How To Create A Contrasting Section

The B section of Stairway to Heaven goes like this:

| C – D – | Fmaj7 – Am – | C – G – | Dsus4 D – – |

This allows you to take a break from the minor line cliche.

Let’s try and learn the climax of Stairway to Heaven.

Stairway To Heaven’s Emotional Release

The guitar solo part and last verse of Stairway to Heaven has this chord progression:

Am – G – | Fmaj7

In this live version of Stairway to Heaven, you can hear John Paul Jones clearly play the chord sequence using an electric piano.

A variation descending chord progression is also used in the classic Red Hot Chili Peppers hit “Under The Bridge”:

| A – Am7 – | G – F – |

Let’s take a look at other ways of creating sad chord progressions.

The Sophisticated Way To Drive People To Melancholy

Former Dream Theater keyboardist Kevin Moore has been praised by fans and fellow bandmates for being an awesome composer.

The biggest evidence of this stems from his swan song at the end of his run with Dream Theater. It’s called Space Dyed Vest.

Listen to Space Dyed Vest here:

The song is so hauntingly beautiful that it deserves to be examined.

Let’s look at the opening section of the song:

If you carefully inspect the song, there’s are only two chords.

These chords are Dm and A7(b9).

It doesn’t seem apparent, but it is the case. Let me show you:

Dm is obvious in the piece as the tonic chord. As far as A7(b9) is concerned, we can find it in different spots albeit deconstructed.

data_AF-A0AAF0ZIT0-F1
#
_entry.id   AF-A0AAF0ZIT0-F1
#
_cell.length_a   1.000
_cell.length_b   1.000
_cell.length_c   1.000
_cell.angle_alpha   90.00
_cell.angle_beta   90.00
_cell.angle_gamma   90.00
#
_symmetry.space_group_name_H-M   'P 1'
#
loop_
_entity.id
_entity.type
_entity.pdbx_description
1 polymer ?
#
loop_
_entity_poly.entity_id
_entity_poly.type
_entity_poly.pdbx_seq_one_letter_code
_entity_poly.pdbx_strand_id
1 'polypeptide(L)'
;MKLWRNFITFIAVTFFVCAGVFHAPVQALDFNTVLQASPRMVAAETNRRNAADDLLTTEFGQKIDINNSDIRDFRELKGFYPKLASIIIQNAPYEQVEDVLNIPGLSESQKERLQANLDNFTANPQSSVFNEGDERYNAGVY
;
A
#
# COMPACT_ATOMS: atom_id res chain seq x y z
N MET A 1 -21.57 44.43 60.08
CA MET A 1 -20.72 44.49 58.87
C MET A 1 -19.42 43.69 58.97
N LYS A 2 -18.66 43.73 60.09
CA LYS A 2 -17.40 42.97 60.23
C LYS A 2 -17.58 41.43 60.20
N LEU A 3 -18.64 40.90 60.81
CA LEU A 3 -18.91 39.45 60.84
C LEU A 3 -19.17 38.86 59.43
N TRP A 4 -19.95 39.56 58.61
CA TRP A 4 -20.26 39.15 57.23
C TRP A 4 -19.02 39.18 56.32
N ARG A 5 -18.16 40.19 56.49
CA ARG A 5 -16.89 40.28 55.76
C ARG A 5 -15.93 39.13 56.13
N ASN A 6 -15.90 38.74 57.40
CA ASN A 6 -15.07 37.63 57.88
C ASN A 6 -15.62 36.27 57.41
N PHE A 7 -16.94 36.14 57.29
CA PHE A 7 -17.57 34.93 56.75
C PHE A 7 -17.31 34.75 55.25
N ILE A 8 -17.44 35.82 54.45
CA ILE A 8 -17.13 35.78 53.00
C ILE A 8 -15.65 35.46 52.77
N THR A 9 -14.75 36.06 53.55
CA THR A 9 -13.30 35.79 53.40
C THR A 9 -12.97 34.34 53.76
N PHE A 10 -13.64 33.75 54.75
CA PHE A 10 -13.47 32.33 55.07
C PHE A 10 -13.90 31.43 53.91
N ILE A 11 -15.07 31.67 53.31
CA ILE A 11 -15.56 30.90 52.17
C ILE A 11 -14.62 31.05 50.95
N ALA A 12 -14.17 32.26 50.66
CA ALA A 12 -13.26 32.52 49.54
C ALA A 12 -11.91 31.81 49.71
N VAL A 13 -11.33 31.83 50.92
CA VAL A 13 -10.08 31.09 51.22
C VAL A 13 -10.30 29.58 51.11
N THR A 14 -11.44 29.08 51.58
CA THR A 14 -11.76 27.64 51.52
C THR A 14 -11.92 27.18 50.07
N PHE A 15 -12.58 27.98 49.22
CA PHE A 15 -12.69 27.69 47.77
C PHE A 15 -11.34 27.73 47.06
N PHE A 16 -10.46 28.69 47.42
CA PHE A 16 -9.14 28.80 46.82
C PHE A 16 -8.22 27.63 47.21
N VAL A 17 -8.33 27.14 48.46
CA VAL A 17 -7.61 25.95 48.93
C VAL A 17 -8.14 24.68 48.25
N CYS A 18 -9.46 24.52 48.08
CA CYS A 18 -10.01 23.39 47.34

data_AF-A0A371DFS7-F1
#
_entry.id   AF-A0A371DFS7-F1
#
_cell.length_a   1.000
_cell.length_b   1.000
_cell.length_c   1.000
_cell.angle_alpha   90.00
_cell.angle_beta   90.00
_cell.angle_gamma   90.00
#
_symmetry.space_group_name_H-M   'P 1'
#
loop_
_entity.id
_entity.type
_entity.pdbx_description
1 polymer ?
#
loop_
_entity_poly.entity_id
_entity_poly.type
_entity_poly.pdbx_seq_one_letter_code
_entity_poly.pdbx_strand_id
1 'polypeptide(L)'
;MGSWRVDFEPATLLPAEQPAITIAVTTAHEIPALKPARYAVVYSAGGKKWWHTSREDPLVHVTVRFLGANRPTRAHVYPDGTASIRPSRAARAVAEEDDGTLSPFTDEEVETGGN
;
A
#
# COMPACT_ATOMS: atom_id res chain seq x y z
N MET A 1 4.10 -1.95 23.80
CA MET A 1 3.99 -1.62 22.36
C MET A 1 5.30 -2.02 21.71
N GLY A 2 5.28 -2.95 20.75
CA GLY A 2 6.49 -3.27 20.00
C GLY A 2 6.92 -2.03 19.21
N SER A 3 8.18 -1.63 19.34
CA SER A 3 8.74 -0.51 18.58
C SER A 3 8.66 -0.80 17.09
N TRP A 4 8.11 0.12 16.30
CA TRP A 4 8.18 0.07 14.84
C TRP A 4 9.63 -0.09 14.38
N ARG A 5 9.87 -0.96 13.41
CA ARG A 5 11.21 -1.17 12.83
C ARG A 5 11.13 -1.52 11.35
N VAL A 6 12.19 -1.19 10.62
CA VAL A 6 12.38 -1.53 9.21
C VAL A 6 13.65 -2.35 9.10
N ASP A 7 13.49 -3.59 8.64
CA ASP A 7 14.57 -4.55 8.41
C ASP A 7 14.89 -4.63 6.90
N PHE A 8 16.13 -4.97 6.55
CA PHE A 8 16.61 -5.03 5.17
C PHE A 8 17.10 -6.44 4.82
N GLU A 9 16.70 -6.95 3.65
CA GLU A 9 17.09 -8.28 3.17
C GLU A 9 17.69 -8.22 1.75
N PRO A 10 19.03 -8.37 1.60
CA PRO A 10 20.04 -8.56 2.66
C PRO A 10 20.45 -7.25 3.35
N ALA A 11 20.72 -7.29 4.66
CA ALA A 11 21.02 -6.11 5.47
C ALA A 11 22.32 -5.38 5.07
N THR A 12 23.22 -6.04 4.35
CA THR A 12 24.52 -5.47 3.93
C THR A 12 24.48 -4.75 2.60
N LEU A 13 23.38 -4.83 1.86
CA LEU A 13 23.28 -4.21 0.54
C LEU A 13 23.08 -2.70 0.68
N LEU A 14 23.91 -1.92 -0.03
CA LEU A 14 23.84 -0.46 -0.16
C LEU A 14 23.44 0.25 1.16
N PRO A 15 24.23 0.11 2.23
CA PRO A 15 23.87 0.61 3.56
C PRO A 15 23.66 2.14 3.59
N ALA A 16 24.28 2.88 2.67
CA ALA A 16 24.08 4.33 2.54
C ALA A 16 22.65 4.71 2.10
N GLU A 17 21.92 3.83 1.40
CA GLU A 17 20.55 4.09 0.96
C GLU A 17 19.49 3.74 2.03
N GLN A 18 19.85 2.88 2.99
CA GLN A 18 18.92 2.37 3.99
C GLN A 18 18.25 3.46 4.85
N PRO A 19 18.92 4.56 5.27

A7(b9) has the notes A, C, E, G, and Bb.

At any point where you find A, A7, C#dim, and Edim in the song, those all come from A7(b9) and all of them function as the dominant chord. This dominant chord always resolves to the tonic in this song.

These all work together with the interesting melodic lines and counterpoint that Kevin Moore crafted in the song itself.

One Sad Piano Chord Progression In Jazz

The most essential chord progression in jazz is the 2-5-1.

Guess what: the minor sounding equivalent is a really sad and melancholic sounding sequence.

In many jazz tunes, we find the minor 2-5-1 or the ii(b5) – V – I chord progression.

In the key of D minor, it’s Em7(b5) – A7 – Dm7.

We find this chord progression in the opening bars of Victor Young’s “Stella by Starlight”:

Another jazz standard, “Autumn Leaves”, also uses the minor 2-5-1 a lot. Here’s Chet Baker’s version of the song:

Now let’s look at some tips to learn how to apply sad piano chord progressions in your music.

4 Tips How To Learn These Sad Piano Chord Progressions

Here are 3 of the best ways to master using these chords in your music:

  1. Learn the sad piano chord progressions in all 12 keys.
  2. Improvise some music over those chords.
  3. Learn songs that feature these chord progressions.
  4. Discover more sad piano chord progressions in different songs by listening to and transcribing them.

I hope that you enjoyed learning about sad piano chord progressions.

Do you have comments, questions, or suggestions for the next lesson. Leave a note for us below.

Happy practicing. Check out this R&B Piano Chords Tutorial next!

About The Author

Mark Galang is one of our resident piano instructors at PianoLessonsonline.com. He loves teaching all styles of music especially jazz, rock, classical, and Christian church music.